By Matt Yemma
Taking the Kids Correspondent
SCOTTSDALE, AZ — “OK here we go, lock it in!” yelled 12-year-old Ethan Sitzman as he bounced in the wave pool, waiting for me to throw the beach ball in his direction. We were playing the age-old game of keep the beach ball in the air while swimming around the water park at The Arizona Grand Resort Oasis Water Park in Scottsdale. We had determined that we had to bounce the ball, in the air, back and forth, at least 35 times before we could give up. We had made it to 31 so far. Ethan chose 35 because it’s Kevin Durant’s number, for whatever reason.
Finally, after ten more tries, we hit 41, and went crazy, jumping on each other and dunking each other in the pool like we had just won game seven of the World Series. Oh to be 12 years old again.
I was in Scottsdale for the last week of March with my 12-year-old cousin Ethan and his father, Mike Sitzman, to catch the last week of Cactus League Spring Training and enjoy every bit of sunshine I could after the harsh New England winter. Mike and Ethan, only a short flight away in Colorado, come every year both for business and pleasure, and I had been invited along as a special treat. As a long-suffering Chicago Cubs fan it was a special treat, especially in a year when the Cubs are finally supposed to pull it together. But even more so, it was something special to see it all through Ethan’s eyes; eyes full of happiness, whether we were shagging home run balls at the Cubs new $99 million dollar training facility in Mesa, AZ — Sloan Park, or playing water basketball in the pool at our first hotel, The Pointe Hilton Squaw Peak Resort in Scottsdale.
Earlier that week, we were at the Cubs facility at Sloan Park in Mesa. The Cubs were just finishing up a charity event hours before the game for Pediatric Cancer where the new manager, Joe Maddon, and many of the players, shaved their heads in solidarity with pediatric cancer patients, and to raise a good deal of money. After the event Maddon and other Cubs players took to the rope line between the practice fields and the main stadium to delight kids like Ethan with autographs. At my urging, Ethan ran up and stood in line, patiently waiting for his turn to greet Joe and many of the other players, including superstar rookie phenom Kris Bryant, and veteran pitcher Jon Lester, brought in from the Oakland Athletics in a multimillion dollar deal. As Ethan greeted Manager Joe and handed him his baseball and black sharpie, Joe spots Ethan’s Cubs minor league Single A Eugene, OR, cap and says; “Hey dude, way to support our minor league teams!” Ethan smiles bashfully and hands Joe his baseball, which he dutifully signs, then poses for a picture.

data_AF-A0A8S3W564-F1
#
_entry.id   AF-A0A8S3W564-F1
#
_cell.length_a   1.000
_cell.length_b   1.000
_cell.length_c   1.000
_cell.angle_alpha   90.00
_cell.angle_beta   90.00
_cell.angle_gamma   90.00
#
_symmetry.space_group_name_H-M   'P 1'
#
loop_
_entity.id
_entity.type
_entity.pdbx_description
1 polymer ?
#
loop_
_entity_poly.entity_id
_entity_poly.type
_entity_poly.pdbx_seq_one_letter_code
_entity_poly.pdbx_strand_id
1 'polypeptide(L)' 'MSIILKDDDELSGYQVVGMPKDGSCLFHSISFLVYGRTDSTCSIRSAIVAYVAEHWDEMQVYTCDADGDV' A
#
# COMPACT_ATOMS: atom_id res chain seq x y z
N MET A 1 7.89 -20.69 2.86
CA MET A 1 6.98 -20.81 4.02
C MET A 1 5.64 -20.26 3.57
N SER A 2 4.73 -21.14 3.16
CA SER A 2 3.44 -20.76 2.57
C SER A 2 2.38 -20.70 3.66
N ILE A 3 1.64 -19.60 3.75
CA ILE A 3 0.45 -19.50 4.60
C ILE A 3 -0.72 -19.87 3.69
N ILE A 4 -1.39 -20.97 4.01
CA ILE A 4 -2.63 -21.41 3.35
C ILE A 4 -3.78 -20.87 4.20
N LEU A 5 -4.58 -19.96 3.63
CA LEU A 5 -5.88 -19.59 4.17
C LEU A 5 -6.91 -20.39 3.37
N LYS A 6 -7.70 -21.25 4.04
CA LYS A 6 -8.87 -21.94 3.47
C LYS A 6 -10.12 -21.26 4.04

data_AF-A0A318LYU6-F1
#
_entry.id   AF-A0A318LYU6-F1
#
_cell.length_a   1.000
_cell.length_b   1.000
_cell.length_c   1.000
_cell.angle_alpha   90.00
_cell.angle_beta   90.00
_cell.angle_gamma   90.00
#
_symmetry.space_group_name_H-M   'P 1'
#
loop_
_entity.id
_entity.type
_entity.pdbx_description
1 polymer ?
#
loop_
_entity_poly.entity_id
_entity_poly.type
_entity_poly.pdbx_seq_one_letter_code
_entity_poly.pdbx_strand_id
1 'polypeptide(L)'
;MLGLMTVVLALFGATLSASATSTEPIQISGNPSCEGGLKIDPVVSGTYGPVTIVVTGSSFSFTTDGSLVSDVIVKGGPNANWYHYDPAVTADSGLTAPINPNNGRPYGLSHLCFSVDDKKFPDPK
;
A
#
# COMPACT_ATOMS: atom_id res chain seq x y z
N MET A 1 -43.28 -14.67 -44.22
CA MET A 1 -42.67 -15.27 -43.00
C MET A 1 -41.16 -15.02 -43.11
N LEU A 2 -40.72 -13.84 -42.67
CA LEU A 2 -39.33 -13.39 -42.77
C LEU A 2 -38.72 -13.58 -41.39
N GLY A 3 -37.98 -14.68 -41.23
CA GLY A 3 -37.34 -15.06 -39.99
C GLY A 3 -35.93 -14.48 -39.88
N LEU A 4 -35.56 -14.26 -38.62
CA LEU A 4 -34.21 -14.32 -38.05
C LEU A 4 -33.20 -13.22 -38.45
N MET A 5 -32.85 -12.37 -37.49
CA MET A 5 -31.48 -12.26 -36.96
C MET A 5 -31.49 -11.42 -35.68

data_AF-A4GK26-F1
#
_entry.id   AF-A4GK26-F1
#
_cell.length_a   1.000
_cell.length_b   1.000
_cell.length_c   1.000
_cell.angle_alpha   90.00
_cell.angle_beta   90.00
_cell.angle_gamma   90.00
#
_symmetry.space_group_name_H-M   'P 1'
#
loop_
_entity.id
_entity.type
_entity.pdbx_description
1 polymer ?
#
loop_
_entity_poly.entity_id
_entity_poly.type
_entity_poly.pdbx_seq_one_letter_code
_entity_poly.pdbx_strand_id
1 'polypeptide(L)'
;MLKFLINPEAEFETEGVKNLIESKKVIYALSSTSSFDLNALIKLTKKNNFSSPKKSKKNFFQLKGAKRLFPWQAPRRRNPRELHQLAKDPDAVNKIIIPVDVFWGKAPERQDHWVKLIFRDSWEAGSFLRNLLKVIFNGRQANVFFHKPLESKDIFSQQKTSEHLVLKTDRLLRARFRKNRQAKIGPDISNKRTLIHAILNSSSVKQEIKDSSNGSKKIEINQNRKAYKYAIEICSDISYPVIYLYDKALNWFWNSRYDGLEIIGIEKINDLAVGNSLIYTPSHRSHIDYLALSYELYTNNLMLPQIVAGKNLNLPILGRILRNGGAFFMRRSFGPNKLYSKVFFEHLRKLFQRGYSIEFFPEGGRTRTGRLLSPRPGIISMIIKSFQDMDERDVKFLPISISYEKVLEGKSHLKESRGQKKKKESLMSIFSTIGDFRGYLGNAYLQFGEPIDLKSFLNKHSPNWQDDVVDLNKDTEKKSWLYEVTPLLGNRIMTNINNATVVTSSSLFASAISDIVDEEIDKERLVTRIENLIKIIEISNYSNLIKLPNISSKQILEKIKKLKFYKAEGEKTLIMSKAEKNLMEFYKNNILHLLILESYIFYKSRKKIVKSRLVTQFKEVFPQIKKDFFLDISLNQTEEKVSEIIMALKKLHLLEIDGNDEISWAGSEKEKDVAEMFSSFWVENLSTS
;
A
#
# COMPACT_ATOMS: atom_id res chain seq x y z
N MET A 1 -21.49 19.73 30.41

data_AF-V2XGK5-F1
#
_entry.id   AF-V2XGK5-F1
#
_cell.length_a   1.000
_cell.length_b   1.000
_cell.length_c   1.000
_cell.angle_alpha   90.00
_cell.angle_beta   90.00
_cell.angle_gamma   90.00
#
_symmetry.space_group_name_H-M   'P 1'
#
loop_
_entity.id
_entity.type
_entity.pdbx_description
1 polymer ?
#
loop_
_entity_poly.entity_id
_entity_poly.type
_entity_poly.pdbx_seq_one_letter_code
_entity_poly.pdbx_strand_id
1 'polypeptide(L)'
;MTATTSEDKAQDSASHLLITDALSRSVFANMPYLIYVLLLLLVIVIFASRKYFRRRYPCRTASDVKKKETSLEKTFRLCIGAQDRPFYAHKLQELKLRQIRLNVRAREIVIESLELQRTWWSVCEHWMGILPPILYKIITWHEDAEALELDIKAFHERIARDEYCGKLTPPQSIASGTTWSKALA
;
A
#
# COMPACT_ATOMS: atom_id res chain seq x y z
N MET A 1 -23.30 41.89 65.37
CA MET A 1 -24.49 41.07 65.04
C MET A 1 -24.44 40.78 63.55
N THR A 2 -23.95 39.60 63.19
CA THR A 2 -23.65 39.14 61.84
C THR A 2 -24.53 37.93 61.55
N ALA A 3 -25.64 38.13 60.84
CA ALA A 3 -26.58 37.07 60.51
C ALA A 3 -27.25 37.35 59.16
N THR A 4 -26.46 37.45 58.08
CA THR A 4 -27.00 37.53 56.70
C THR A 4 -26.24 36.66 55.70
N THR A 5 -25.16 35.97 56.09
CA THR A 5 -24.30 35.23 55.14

Later that week, while at a Rockies-Padres game at the Rockies Spring Training facility that they share with the Arizona Diamondbacks at Salt River Field in Scottsdale, sitting in the warm sun just behind home plate, Ethan turns to me as the Rockies Third Baseman, Nolan Arenado, walks up to the plate. Ethan showed me where his true loyalty resides – with his hometown Colorado Rockies.
“Hey Nolan!” He yells, and nods at the purple clad player. In true Spring Training style, Arenado looks directly at Ethan and nods, winks, and smiles at him. Ethan’s eyes shoot up in delight and pride as he enjoys the moment. The Rockies went on to win 7-6 that day, further delighting the 12-year-old.
Spring Training, whether in Arizona, or Florida, is a special time, especially for young boys who live and die by their baseball teams. I remember going with my dad to Florida when I was about Ethan’s age, and enjoying every minute of it. Spring Training runs from the last couple weeks in February, when pitchers and catchers report to camp, to the end of March just before Opening Day. It’s used as an opportunity for the players to develop skills for the long major league season, get in tip-top shape, and greet fans that come to see them.
“The great thing about spring training is the atmosphere,” said Mike Sitzman, as we sat watching a Cubs minor league game on the last day we were there at one of the practice fields at Sloan Park. We were sitting on a pair of metal bleachers, in the shade, watching Cubs minor leaguers work on their skills. At every inning break Ethan would run back and forth between each dugout and ask politely for a ball or a broken bat – by the end of the game he had collected five game used balls but unfortunately no bat, which he really wanted. “Sorry man, our guys have to turn in the broken bats to get new ones,” said an unnamed equipment manager for the Cubs when I asked if there was any chance my little cousin could get the bat that one of the minor leaguers just broke on a hard fastball. Ethan was disappointed, but proud of his day’s haul of baseballs and autographs.
“Did you have fun Matt?” Ethan asked me the last morning I was in Arizona.
“Yea bud, I had a great time. What was your favorite part?” I asked him.
“Umm, either shagging homerun balls or playing pool basketball with you,” he said enthusiastically.
I patted him on the head and pondered how simple things seemed for a 12-year-old, when the highlight of the week was catching homerun balls hit over the fence during batting practice or swooshing three pointers in the pool.